Delaware Prophet


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Delaware Prophet

(dĕl`əwâr, –wər), fl. 18th cent., Native American leader. His real name is not known. He began preaching (c.1762) among the Delaware of the Muskingum valley in Ohio. He spoke against intertribal war, drunkenness, polygamy, and the use of magic, and he promised his hearers that if they would but heed his words the Native Americans would be strong again and able to resist the whites. He prepared symbolic charts of his message on deerskin and left them in various villages to help his converts teach others. The religious fervor spread rapidly and is said to have been an inspiration to Pontiac. After the collapse of Pontiac's Rebellion (1763–66) the cult of the Delaware Prophet waned and was largely superseded by that of the Munsee Prophet, who was in turn succeeded by the Shawnee Prophet.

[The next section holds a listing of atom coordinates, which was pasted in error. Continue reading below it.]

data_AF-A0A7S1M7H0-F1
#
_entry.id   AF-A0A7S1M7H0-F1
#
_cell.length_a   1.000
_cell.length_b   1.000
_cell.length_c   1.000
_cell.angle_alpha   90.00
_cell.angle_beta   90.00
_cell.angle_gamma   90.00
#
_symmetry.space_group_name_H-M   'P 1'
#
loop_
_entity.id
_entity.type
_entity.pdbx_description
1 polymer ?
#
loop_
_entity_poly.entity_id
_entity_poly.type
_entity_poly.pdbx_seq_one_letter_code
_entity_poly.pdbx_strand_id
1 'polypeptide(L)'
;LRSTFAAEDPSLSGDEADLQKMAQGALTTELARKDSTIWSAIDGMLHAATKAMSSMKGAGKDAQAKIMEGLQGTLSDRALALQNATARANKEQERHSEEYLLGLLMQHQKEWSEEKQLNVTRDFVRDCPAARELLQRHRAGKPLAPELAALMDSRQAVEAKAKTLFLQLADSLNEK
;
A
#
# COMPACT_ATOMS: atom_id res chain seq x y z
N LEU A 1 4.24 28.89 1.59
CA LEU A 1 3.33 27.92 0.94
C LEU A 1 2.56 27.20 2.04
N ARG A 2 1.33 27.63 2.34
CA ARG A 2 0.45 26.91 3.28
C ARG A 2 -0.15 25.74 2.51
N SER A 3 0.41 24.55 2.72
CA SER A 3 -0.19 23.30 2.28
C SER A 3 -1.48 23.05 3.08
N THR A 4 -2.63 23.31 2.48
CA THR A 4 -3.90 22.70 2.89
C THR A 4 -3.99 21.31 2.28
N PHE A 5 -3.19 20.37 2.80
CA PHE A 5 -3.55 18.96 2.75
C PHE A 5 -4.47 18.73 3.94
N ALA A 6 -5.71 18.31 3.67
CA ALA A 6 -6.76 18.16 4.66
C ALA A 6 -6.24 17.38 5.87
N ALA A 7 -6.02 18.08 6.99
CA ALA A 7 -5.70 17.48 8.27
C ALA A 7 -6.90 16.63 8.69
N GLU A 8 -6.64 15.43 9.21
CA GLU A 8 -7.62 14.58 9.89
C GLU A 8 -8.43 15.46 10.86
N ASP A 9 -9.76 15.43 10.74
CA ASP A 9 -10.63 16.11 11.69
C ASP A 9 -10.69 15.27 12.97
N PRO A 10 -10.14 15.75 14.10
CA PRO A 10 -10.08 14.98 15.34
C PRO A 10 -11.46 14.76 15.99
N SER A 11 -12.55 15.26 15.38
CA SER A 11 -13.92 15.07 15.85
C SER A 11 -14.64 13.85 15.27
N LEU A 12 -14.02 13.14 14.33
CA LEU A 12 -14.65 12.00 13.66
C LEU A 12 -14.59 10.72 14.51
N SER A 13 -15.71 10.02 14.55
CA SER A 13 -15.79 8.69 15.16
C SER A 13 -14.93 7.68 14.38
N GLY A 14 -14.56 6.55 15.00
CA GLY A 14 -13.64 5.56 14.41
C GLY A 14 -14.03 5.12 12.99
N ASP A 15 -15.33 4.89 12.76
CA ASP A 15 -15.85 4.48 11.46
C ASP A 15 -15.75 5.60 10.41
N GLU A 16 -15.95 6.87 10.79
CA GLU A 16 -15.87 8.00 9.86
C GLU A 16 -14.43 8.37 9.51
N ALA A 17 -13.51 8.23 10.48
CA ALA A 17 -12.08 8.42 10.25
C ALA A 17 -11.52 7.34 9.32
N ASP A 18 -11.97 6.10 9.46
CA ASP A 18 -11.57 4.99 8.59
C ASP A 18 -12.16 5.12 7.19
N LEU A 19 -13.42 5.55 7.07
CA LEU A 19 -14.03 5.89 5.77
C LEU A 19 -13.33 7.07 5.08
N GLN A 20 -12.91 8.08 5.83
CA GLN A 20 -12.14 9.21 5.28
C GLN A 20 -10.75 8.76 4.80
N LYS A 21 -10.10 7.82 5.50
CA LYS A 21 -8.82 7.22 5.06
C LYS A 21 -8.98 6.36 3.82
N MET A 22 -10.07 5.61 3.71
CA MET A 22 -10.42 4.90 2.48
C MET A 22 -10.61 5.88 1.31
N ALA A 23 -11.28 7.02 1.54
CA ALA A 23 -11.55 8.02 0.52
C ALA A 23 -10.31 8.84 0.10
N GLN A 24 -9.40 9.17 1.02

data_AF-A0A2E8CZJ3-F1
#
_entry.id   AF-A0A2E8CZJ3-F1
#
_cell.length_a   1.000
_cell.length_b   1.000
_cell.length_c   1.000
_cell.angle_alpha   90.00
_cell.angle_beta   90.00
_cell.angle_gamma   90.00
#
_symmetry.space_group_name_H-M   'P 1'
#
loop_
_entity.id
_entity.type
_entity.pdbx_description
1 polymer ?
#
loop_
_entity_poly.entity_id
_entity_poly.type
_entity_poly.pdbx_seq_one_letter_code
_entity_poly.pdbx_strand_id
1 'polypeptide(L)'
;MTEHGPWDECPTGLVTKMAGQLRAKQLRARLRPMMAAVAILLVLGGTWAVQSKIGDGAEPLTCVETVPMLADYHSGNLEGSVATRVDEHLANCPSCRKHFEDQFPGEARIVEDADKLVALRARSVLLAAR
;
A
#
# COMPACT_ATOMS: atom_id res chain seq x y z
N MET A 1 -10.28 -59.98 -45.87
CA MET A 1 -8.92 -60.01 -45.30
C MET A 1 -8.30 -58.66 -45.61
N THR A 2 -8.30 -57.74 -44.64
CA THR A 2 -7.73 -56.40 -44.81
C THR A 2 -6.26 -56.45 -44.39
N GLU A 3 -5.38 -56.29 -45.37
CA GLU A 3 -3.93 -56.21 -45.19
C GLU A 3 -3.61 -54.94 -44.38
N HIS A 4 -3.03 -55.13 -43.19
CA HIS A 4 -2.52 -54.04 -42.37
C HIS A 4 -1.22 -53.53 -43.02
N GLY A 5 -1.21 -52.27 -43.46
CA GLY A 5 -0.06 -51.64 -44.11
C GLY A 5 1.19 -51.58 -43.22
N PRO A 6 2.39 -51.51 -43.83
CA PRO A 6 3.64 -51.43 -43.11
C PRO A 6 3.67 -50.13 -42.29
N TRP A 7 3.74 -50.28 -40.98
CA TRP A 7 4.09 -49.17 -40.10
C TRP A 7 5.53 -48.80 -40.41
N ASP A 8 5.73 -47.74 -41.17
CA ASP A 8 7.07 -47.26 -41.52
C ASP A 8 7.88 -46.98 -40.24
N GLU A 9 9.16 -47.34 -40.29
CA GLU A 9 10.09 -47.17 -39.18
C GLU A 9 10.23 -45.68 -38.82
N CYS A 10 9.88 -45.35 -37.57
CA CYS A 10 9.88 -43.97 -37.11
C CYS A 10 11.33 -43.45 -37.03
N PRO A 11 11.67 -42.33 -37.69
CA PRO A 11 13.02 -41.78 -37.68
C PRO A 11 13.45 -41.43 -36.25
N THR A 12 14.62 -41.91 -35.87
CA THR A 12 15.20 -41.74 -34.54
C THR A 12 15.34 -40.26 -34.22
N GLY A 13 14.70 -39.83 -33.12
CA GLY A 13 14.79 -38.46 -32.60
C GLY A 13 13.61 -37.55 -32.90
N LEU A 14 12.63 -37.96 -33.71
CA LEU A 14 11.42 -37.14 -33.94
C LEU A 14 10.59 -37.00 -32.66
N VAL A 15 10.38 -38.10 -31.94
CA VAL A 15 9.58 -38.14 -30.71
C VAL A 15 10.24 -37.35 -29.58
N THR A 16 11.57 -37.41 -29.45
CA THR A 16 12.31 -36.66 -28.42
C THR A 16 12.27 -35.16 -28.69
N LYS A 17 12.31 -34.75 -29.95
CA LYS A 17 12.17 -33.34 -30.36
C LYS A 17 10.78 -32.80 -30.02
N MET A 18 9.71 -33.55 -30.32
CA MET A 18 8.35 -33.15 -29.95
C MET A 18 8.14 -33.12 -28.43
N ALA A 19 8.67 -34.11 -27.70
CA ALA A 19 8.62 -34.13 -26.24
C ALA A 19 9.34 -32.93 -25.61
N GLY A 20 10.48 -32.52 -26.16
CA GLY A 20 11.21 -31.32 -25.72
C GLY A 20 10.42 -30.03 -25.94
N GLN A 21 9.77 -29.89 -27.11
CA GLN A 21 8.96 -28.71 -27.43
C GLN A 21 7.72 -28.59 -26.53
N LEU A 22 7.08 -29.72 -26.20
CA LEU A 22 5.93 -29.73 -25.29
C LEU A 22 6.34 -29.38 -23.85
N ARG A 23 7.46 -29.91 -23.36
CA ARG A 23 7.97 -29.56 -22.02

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For instance, he argues that Pontiac's War, inspired by the Delaware prophet Neolin, was more than just a united Indian movement to stop white settlement in the west.
In 1763, the Delaware prophet, Neolin, provided the inspiration for Pontiac's rebellion, and some fifty years later the Shawnee prophet, Tenskwatawa, provided the inspiration for Tecumseh's revolution.
a missing component will be suggested, namely Pontiac's embodiment of "sacred power"--that he did not simply manipulate the teachings of Delaware Prophet, Neolin, but was himself a "true believer.

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